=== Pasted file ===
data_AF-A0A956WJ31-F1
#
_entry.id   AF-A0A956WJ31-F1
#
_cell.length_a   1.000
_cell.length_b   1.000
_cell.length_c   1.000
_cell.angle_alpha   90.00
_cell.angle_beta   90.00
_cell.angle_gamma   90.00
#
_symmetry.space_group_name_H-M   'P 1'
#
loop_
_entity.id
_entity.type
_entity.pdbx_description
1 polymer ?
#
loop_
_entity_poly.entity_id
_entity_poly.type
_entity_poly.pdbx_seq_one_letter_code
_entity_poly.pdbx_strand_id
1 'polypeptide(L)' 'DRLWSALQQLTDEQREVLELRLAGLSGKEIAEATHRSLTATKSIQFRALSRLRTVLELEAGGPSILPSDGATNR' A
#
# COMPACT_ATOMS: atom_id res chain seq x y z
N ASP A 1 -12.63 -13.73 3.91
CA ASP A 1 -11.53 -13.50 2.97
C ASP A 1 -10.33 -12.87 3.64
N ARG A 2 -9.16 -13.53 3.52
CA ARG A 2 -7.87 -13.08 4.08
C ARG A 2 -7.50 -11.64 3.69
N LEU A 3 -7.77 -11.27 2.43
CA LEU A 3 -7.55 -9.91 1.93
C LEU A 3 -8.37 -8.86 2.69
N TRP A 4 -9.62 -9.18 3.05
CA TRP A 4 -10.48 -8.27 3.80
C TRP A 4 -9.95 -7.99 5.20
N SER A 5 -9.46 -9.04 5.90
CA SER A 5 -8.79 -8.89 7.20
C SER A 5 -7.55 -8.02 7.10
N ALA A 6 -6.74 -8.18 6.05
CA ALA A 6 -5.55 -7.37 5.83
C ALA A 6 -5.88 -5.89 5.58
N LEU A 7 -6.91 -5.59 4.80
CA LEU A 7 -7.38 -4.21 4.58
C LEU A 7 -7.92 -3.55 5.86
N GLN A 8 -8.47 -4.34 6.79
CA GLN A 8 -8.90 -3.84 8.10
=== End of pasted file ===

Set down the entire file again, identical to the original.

data_AF-A0A956WJ31-F1
#
_entry.id   AF-A0A956WJ31-F1
#
_cell.length_a   1.000
_cell.length_b   1.000
_cell.length_c   1.000
_cell.angle_alpha   90.00
_cell.angle_beta   90.00
_cell.angle_gamma   90.00
#
_symmetry.space_group_name_H-M   'P 1'
#
loop_
_entity.id
_entity.type
_entity.pdbx_description
1 polymer ?
#
loop_
_entity_poly.entity_id
_entity_poly.type
_entity_poly.pdbx_seq_one_letter_code
_entity_poly.pdbx_strand_id
1 'polypeptide(L)' 'DRLWSALQQLTDEQREVLELRLAGLSGKEIAEATHRSLTATKSIQFRALSRLRTVLELEAGGPSILPSDGATNR' A
#
# COMPACT_ATOMS: atom_id res chain seq x y z
N ASP A 1 -12.63 -13.73 3.91
CA ASP A 1 -11.53 -13.50 2.97
C ASP A 1 -10.33 -12.87 3.64
N ARG A 2 -9.16 -13.53 3.52
CA ARG A 2 -7.87 -13.08 4.08
C ARG A 2 -7.50 -11.64 3.69
N LEU A 3 -7.77 -11.27 2.43
CA LEU A 3 -7.55 -9.91 1.93
C LEU A 3 -8.37 -8.86 2.69
N TRP A 4 -9.62 -9.18 3.05
CA TRP A 4 -10.48 -8.27 3.80
C TRP A 4 -9.95 -7.99 5.20
N SER A 5 -9.46 -9.04 5.90
CA SER A 5 -8.79 -8.89 7.20
C SER A 5 -7.55 -8.02 7.10
N ALA A 6 -6.74 -8.18 6.05
CA ALA A 6 -5.55 -7.37 5.83
C ALA A 6 -5.88 -5.89 5.58
N LEU A 7 -6.91 -5.59 4.80
CA LEU A 7 -7.38 -4.21 4.58
C LEU A 7 -7.92 -3.55 5.86
N GLN A 8 -8.47 -4.34 6.79
CA GLN A 8 -8.90 -3.84 8.10